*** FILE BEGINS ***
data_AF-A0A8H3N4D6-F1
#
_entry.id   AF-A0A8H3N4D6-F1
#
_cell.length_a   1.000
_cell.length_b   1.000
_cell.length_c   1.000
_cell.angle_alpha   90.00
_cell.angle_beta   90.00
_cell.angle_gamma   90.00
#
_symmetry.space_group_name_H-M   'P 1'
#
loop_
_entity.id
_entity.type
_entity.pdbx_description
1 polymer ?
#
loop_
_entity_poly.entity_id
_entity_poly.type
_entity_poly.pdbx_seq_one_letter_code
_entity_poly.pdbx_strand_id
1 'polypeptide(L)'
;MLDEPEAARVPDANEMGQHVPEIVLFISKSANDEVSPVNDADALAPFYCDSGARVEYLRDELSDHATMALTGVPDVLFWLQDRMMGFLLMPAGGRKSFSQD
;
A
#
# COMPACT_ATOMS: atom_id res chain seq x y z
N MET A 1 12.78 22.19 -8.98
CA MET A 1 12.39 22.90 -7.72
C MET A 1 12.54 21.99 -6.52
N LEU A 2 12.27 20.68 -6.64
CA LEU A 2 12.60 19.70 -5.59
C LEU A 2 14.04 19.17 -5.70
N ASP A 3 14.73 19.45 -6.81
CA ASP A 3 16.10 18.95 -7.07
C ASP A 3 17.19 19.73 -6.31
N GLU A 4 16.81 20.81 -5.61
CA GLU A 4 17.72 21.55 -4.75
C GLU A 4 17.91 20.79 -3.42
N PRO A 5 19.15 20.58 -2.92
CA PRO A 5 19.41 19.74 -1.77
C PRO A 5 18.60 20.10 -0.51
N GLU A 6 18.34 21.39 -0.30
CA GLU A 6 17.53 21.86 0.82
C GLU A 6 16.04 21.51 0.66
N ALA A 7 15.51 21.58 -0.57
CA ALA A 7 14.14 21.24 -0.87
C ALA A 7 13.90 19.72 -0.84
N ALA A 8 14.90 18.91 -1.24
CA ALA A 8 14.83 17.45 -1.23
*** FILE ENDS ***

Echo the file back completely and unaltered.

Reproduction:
data_AF-A0A8H3N4D6-F1
#
_entry.id   AF-A0A8H3N4D6-F1
#
_cell.length_a   1.000
_cell.length_b   1.000
_cell.length_c   1.000
_cell.angle_alpha   90.00
_cell.angle_beta   90.00
_cell.angle_gamma   90.00
#
_symmetry.space_group_name_H-M   'P 1'
#
loop_
_entity.id
_entity.type
_entity.pdbx_description
1 polymer ?
#
loop_
_entity_poly.entity_id
_entity_poly.type
_entity_poly.pdbx_seq_one_letter_code
_entity_poly.pdbx_strand_id
1 'polypeptide(L)'
;MLDEPEAARVPDANEMGQHVPEIVLFISKSANDEVSPVNDADALAPFYCDSGARVEYLRDELSDHATMALTGVPDVLFWLQDRMMGFLLMPAGGRKSFSQD
;
A
#
# COMPACT_ATOMS: atom_id res chain seq x y z
N MET A 1 12.78 22.19 -8.98
CA MET A 1 12.39 22.90 -7.72
C MET A 1 12.54 21.99 -6.52
N LEU A 2 12.27 20.68 -6.64
CA LEU A 2 12.60 19.70 -5.59
C LEU A 2 14.04 19.17 -5.70
N ASP A 3 14.73 19.45 -6.81
CA ASP A 3 16.10 18.95 -7.07
C ASP A 3 17.19 19.73 -6.31
N GLU A 4 16.81 20.81 -5.61
CA GLU A 4 17.72 21.55 -4.75
C GLU A 4 17.91 20.79 -3.42
N PRO A 5 19.15 20.58 -2.92
CA PRO A 5 19.41 19.74 -1.77
C PRO A 5 18.60 20.10 -0.51
N GLU A 6 18.34 21.39 -0.30
CA GLU A 6 17.53 21.86 0.82
C GLU A 6 16.04 21.51 0.66
N ALA A 7 15.51 21.58 -0.57
CA ALA A 7 14.14 21.24 -0.87
C ALA A 7 13.90 19.72 -0.84
N ALA A 8 14.90 18.91 -1.24
CA ALA A 8 14.83 17.45 -1.23